A proteína S do vírus liga-se à enzima conversora de angiotensina de tipo 2 (ECA2) iniciando o processo de internalização. A afinidade do SARS-CoV-2 para a ECA2 é superior à dos outros coronavirus, o que se correlaciona com a gravidade dos sintomas. A ECA2 acompanha o vírus no endossoma, tendo sido identificados complexos vírus-ECA2 internalizados dos três coronavírus referidos. A ausência da ECA2 na membrana celular compromete o metabolismo da angiotensina II em angiotensina (1-7), pelo que a acumulação de angiotensina II pode ser vista como a causa potencial dos sintomas. A angiotensina II é um potente vasoconstritor mas também desempenha papéis importantes em processos fisiopatológicos como a inflamação, fibrose, hipertrofia e apoptose. Níveis mais elevados de angiotensina II nos pulmões explicariam a síndrome de insuficiência respiratória aguda como síndrome primária. A maioria das alterações de parâmetros e outras manifestações clínicas, tais como o aumento dos níveis de interleucinas, a inflamação endotelial, a hipercoagulabilidade, a miocardite, a disgeusia, as neuropatias inflamatórias, as convulsões epiléticas e os distúrbios da memória, pode ser explicada por níveis excessivos de angiotensina II.

Várias meta-análises demonstraram que o uso prévio de inibidores da enzima conversora da angiotensina (IECAs) ou antagonistas dos recetores da angiotensina (ARAs) está associado a um melhor prognóstico para a Covid-19. Deste modo, ensaios pragmáticos para avaliar os potenciais benefícios terapêuticos dos inibidores do sistema renina-angiotensina-aldosterona (SRAA) deveriam ser promovidos urgentemente pelas autoridades de saúde para se diversificar as opções terapêuticas para a Covid-19.

Palavras-chave:
ECA2
SARS-CoV-2
Covid-19
Angiotensina II
Antagonistas AT1
Telmisartan
Texto Completo
Introduction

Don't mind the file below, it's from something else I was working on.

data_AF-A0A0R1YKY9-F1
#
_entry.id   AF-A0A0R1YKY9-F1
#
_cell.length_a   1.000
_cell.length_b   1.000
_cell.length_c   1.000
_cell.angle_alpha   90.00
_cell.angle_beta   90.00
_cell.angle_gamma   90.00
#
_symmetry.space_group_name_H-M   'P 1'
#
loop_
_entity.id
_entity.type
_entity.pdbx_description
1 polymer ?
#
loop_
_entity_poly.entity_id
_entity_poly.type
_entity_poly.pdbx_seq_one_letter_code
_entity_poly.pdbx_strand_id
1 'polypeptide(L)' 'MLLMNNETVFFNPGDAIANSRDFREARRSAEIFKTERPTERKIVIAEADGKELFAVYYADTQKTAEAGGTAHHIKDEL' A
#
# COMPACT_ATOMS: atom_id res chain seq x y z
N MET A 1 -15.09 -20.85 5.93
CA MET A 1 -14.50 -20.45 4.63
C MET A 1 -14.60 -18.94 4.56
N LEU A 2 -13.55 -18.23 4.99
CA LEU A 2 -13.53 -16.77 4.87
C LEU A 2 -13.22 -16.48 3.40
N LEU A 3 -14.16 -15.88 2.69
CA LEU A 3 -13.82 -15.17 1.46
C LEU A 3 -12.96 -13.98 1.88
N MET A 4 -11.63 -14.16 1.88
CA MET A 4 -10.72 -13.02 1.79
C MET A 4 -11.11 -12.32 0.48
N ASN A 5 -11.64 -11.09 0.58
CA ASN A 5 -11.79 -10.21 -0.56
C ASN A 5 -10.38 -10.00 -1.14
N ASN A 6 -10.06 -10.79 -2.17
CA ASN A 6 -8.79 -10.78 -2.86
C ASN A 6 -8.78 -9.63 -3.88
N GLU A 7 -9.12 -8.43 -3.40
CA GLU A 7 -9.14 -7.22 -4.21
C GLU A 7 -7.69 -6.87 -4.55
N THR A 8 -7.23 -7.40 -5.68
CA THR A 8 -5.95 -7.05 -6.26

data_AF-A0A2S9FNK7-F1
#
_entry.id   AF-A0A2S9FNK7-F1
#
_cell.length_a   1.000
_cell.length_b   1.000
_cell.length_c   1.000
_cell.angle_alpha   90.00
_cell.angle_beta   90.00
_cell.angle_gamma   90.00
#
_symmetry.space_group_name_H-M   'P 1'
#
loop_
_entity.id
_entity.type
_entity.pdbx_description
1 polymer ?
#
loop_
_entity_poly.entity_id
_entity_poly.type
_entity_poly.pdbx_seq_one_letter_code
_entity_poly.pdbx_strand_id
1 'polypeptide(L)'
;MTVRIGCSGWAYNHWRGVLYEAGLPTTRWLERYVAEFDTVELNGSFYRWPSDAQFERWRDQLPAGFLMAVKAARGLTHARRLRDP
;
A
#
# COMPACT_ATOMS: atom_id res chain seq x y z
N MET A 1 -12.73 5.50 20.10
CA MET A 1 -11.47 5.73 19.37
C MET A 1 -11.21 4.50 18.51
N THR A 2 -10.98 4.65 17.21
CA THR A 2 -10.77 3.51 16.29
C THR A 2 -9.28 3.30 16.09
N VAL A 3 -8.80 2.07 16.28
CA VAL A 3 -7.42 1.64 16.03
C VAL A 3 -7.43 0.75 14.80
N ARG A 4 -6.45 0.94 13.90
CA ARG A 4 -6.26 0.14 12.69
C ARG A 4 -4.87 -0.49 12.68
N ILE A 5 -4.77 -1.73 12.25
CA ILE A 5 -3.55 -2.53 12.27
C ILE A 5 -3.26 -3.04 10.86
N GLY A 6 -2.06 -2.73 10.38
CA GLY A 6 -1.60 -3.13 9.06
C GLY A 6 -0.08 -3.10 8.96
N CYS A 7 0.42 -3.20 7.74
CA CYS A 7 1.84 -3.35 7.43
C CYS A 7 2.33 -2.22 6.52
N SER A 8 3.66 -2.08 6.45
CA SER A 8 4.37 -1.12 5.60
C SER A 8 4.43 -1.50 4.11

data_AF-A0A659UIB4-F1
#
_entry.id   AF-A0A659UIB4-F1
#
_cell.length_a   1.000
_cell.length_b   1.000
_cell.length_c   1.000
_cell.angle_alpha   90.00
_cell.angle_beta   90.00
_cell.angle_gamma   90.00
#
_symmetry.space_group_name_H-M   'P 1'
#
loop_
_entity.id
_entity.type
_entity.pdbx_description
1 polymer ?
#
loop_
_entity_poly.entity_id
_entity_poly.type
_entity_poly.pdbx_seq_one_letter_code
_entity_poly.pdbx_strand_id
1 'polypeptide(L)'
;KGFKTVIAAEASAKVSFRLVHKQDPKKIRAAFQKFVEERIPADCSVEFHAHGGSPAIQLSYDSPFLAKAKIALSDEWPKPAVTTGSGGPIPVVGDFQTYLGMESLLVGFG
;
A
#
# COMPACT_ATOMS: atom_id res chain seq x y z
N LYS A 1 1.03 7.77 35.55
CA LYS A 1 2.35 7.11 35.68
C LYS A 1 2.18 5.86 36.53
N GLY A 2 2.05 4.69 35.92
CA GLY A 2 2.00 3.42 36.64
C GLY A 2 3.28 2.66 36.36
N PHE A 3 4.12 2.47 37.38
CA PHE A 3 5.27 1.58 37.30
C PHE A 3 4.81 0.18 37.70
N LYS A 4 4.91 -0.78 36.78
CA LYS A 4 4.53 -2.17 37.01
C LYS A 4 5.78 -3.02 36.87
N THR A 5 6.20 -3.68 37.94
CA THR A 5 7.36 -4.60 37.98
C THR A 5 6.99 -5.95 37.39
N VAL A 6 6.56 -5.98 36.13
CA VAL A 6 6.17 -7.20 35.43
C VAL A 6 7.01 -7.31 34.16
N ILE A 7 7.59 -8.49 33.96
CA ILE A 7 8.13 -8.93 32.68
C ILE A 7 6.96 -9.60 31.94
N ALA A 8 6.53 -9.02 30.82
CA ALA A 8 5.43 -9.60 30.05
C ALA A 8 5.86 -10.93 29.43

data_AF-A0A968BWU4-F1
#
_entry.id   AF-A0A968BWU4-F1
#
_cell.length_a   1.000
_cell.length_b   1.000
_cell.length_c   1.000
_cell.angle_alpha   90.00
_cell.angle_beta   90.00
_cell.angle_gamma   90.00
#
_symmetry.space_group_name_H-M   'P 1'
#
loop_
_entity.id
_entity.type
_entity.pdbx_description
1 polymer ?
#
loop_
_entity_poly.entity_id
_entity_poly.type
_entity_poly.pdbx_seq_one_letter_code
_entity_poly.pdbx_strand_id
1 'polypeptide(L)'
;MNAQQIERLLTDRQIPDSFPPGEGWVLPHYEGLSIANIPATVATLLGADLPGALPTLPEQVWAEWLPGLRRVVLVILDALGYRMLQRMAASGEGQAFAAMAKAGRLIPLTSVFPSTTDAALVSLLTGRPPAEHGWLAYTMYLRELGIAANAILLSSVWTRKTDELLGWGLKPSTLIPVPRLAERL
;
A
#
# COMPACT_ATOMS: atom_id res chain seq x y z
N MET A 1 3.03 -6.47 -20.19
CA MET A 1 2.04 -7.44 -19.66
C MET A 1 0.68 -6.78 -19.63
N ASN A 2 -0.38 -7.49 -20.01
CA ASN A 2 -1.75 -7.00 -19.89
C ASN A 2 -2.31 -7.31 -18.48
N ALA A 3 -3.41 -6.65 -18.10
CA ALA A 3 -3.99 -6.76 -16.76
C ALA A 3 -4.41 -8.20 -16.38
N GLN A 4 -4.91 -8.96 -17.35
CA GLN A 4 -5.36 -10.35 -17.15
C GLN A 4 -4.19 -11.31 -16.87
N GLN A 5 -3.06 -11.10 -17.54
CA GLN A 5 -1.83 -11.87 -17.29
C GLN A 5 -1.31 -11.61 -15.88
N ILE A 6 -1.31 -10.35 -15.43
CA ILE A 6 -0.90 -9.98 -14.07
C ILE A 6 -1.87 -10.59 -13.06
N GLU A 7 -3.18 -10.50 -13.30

The potential relationship between the renin-angiotensin-aldosterone system (RAAS), SARS-CoV-2 infection and its clinical manifestation (COVID-19) have been the subject of controversy since the inception of the pandemic. A letter published in the Lancet Respiratory Medicine in March 2020 suggested that patients under treatment with angiotensin II AT1 receptor blockers (ARBs) or angiotensin-converting enzyme inhibitors (ACEIs) would present an increased risk of severe or fatal COVID-19.1 The alarm raised by this commentary among the population using the two most prevalent therapeutic classes for the treatment of hypertension, provoked an extraordinary effort from researchers, health authorities and pharmaceutical industry to restore confidence in these therapeutic classes by gathering clinical evidence on their safety. To date, more than 60 meta-analyses assessing the association of RAAS inhibitors, and several COVID-19 outcomes have been published. These meta-analyses reported no association with increased risk of any of the evaluated outcomes, including risk of infection, progression to severe prognostic, hospitalization, intensive care unit admission, and mortality.2–44 Four of the 23 meta-analyses presenting estimates of association with progression to severe status of COVID-19 reported a preventive effect of prior exposition to ACEIs/ARBs (Table 1). And, more importantly, 16 of the 41 meta-analyses reporting the effect of prior ACEIs/ARBs use on mortality demonstrated a positive effect of these RAAS inhibitors.33 The evidence appears to support the urgent position statement released by the European Society of Cardiology (ESC) as a response to the commentary of Fang et al., indicating that there was no scientific evidence supporting the discontinuation of antihypertensive medication with ARBs or ACEIs in patients with COVID-19.45 Moreover, a recent cohort study further showed that withdrawal of RAAS inhibitors at hospital admission increased acute respiratory distress syndrome (ARDS)/acute lung injury (adjusted odds ratio (OR) 4.54, 95% confidence interval (CI) 1.53–13.44) in patients with COVID-19.46 The initial unfounded alarm may have prevented researchers and healthcare administrations from further exploring the challenge outlined in the ESC position statement about the potential benefits of these drugs on patients with COVID-19.